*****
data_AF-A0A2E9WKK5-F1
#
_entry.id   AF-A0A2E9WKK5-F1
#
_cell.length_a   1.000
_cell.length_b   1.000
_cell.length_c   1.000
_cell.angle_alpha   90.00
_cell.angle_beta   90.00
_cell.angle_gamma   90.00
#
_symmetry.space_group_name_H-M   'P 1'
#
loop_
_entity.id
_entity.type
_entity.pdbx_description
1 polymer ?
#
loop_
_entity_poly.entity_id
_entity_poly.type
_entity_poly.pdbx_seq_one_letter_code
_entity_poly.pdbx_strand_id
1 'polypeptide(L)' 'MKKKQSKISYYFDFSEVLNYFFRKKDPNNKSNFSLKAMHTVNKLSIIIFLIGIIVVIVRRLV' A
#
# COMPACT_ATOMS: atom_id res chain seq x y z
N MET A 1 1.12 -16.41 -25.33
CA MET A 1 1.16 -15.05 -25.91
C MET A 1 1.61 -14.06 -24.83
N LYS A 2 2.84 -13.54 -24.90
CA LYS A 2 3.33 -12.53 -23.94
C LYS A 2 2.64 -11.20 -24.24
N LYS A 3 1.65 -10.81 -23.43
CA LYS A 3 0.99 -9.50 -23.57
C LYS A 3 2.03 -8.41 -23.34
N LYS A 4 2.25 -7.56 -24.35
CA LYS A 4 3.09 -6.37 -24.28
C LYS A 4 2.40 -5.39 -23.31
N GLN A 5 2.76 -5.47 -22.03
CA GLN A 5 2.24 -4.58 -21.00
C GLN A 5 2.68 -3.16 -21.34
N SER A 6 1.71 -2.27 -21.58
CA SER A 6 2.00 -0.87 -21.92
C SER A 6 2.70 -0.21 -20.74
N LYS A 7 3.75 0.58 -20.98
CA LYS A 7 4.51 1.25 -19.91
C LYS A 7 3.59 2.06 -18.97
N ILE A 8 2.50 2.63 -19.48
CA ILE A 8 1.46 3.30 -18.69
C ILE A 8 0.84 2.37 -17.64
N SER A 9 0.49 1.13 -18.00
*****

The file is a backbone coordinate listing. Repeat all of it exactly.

data_AF-A0A2E9WKK5-F1
#
_entry.id   AF-A0A2E9WKK5-F1
#
_cell.length_a   1.000
_cell.length_b   1.000
_cell.length_c   1.000
_cell.angle_alpha   90.00
_cell.angle_beta   90.00
_cell.angle_gamma   90.00
#
_symmetry.space_group_name_H-M   'P 1'
#
loop_
_entity.id
_entity.type
_entity.pdbx_description
1 polymer ?
#
loop_
_entity_poly.entity_id
_entity_poly.type
_entity_poly.pdbx_seq_one_letter_code
_entity_poly.pdbx_strand_id
1 'polypeptide(L)' 'MKKKQSKISYYFDFSEVLNYFFRKKDPNNKSNFSLKAMHTVNKLSIIIFLIGIIVVIVRRLV' A
#
# COMPACT_ATOMS: atom_id res chain seq x y z
N MET A 1 1.12 -16.41 -25.33
CA MET A 1 1.16 -15.05 -25.91
C MET A 1 1.61 -14.06 -24.83
N LYS A 2 2.84 -13.54 -24.90
CA LYS A 2 3.33 -12.53 -23.94
C LYS A 2 2.64 -11.20 -24.24
N LYS A 3 1.65 -10.81 -23.43
CA LYS A 3 0.99 -9.50 -23.57
C LYS A 3 2.03 -8.41 -23.34
N LYS A 4 2.25 -7.56 -24.35
CA LYS A 4 3.09 -6.37 -24.28
C LYS A 4 2.40 -5.39 -23.31
N GLN A 5 2.76 -5.47 -22.03
CA GLN A 5 2.24 -4.58 -21.00
C GLN A 5 2.68 -3.16 -21.34
N SER A 6 1.71 -2.27 -21.58
CA SER A 6 2.00 -0.87 -21.92
C SER A 6 2.70 -0.21 -20.74
N LYS A 7 3.75 0.58 -20.98
CA LYS A 7 4.51 1.25 -19.91
C LYS A 7 3.59 2.06 -18.97
N ILE A 8 2.50 2.63 -19.48
CA ILE A 8 1.46 3.30 -18.69
C ILE A 8 0.84 2.37 -17.64
N SER A 9 0.49 1.13 -18.00